Parshas Noach - Nevermore

By Rabbi Zvi Teichman

Posted on 10/12/18

Parshas HaShavua Divrei Torah sponsored by
Dr. Shapsy Tajerstein, DPM - Podiatry Care.
(410) 788-6633

G-d remembered Noach and all the beasts and all the animals, that were with him in the Ark, and G-d caused a spirit to pass over the earth, and the waters subsided.(בראשית ח א)

At this turning point in the history of mankind, when G-d decides to implement His attribute of kindness in recreating the world, by stopping the flood and permitting Noach to begin the rebuilding of humanity as we know it, there are two glaring omissions.

Where are the children? Were they not remembered? Secondly, where are the birds? Weren’t they also saved in the Ark?

The brilliant and illustrious Rav Yosef Chaim Sonnenfeld, who served as the Chief Rabbi of Jerusalem, during the period of the British Mandate, offers a magnificent answer.

Rashi informs that G-d ‘remembered’ how the animals that were permitted to enter the Ark had not previously perverted their ways, and additionally had refrained from mating in the Ark.

Yet there were three who couldn’t contain themselves; Cham, one of the son’s of Noah; the raven; the dog, who each mated during the flood.

It is for that reason, the great Rav claims, it omitted listing Noach’s children since one of them failed to be worthy of remembrance. The class of birds isn’t mentioned, as one of their ilk corrupted its way. The dog’s guilt is intimated in the emphasis specifically of both ‘beast’ and ‘animal’, excluding the dog whose identity as beast or animal is uncertain, as the Tosefta records a dispute whether a dog is classified as a beast or an animal.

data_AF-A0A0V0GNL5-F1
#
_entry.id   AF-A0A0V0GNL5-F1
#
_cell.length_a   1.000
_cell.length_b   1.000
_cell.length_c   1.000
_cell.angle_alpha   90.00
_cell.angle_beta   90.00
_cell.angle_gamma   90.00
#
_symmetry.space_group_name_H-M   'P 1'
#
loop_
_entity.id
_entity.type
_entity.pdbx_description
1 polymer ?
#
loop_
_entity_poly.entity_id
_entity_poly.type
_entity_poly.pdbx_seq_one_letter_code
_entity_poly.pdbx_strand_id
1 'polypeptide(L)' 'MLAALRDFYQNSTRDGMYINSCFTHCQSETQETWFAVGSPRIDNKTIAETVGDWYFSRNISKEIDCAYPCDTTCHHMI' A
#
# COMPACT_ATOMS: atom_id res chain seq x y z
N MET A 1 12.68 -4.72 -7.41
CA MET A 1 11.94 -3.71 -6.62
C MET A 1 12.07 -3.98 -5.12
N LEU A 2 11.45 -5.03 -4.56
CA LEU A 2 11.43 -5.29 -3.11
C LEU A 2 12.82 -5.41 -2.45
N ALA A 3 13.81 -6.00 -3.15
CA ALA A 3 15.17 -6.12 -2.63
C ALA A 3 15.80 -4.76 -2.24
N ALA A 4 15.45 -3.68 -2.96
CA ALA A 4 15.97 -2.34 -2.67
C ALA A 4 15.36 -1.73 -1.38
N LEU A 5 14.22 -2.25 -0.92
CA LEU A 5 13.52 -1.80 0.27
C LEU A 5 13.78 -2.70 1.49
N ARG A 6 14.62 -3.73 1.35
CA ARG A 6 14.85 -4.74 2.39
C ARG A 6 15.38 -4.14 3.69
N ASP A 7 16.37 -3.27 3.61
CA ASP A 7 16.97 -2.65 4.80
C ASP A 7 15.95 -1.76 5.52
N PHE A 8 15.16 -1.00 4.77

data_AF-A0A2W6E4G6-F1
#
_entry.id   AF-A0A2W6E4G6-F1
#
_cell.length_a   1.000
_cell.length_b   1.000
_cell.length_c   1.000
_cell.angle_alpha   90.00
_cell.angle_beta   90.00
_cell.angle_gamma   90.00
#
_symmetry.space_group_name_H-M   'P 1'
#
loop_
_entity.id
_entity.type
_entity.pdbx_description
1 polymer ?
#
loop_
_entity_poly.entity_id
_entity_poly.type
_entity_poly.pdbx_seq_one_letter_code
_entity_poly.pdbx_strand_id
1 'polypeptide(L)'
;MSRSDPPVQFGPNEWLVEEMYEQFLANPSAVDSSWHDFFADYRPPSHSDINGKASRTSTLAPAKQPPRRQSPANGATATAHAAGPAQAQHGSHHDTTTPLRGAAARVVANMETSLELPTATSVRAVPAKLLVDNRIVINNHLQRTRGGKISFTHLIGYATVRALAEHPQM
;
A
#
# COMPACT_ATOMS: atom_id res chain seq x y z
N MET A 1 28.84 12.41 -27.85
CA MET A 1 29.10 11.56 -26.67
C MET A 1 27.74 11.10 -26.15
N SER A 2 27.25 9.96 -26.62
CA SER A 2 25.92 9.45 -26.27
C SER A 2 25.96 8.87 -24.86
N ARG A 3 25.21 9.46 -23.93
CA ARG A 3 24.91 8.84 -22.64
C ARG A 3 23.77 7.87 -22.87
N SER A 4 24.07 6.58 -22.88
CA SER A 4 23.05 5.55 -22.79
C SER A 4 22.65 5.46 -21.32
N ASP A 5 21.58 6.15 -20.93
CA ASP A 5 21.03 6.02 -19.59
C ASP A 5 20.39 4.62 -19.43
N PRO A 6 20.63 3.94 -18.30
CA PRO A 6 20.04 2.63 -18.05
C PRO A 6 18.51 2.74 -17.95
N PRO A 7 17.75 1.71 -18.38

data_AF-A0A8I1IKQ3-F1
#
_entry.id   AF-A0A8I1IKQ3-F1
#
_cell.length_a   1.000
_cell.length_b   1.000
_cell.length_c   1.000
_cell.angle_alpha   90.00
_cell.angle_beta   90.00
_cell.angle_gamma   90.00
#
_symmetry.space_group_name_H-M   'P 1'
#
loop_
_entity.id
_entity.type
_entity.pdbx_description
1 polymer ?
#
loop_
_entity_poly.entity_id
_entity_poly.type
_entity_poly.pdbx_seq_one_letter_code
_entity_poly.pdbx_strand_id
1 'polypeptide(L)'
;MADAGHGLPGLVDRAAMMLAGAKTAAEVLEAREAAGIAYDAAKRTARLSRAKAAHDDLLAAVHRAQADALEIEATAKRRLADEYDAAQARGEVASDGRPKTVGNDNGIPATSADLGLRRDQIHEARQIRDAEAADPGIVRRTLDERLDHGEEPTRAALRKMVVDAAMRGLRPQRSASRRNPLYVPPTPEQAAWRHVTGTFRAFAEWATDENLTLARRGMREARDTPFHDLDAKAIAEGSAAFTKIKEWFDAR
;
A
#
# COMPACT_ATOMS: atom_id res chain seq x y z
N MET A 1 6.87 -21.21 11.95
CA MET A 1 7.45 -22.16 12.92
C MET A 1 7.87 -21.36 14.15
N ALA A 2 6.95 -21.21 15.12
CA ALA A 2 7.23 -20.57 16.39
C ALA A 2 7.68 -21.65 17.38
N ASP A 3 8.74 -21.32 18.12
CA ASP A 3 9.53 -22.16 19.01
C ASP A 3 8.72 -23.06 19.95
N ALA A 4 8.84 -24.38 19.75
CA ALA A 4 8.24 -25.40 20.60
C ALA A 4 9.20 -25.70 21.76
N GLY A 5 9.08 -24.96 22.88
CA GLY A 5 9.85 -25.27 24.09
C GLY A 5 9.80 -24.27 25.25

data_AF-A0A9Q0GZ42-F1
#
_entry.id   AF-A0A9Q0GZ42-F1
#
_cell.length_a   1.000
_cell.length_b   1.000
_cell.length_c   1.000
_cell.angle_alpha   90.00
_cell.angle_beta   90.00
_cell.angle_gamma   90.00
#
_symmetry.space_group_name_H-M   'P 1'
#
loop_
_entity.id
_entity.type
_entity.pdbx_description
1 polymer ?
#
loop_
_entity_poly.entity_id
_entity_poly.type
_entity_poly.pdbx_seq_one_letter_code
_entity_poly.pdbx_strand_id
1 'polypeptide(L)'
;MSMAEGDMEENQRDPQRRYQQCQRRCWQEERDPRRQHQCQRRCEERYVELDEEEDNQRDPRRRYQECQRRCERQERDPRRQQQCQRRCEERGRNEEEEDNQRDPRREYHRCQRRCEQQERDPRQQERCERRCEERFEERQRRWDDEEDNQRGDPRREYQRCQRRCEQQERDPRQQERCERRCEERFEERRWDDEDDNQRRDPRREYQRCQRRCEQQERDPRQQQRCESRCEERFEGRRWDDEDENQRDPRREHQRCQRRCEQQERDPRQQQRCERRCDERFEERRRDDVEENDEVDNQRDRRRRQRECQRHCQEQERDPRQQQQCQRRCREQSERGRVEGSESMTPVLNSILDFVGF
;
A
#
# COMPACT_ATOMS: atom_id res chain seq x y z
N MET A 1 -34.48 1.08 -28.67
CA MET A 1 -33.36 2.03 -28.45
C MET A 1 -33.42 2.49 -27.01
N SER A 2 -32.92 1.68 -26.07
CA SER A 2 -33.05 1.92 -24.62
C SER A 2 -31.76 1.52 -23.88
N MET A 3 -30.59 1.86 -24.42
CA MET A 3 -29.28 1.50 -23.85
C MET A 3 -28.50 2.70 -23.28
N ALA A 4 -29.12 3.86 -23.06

So it would seem that we merited a renewal of the world due to creation’s ability to refrain from this powerful and natural instinct. Clearly animals have no free will and act out of instinct alone, but in the ‘petri dish’ of the Ark, the animals were so powerfully influenced by the atmosphere of righteousness and kindness that precluded man from indulging in pleasurable acts while the rest of the world was being destroyed, that they too intuitively reflected that sensitivity.

Yet there were two exceptions, the raven and the dog, who succumbed. Evidently their behavior mirrored the deficiency of Cham that found its expression in their failure as well.

What flaw led Cham to his own callous indulgence? What is it in the exact nature of these two creatures particularly among all of animal life that expresses this defect?

Noach was a remarkable person, upright in his character and steadfast in his faith.

He was an innovator, crafting instruments that would be more effective in ploughing more efficiently, bringing humanity relief in their otherwise exercises in futility. He was extremely disciplined in holding off of marriage until the age of five hundred years old, where others married at the age of one hundred, fearing that bringing children into a decadent world would be purposeless. Only when he was assured that he and his family would be saved, did he consider establishing a family. (בכור שור, רד"ק)

He was intolerant of those who wallowed in purposeless indulgence and mindless worship of stone and wood, and berated them for their behavior.(בר" לא א)

He isolated himself from their negative influences seeking to preserve his and his family’s purity.(זוה"ק ח"א נח)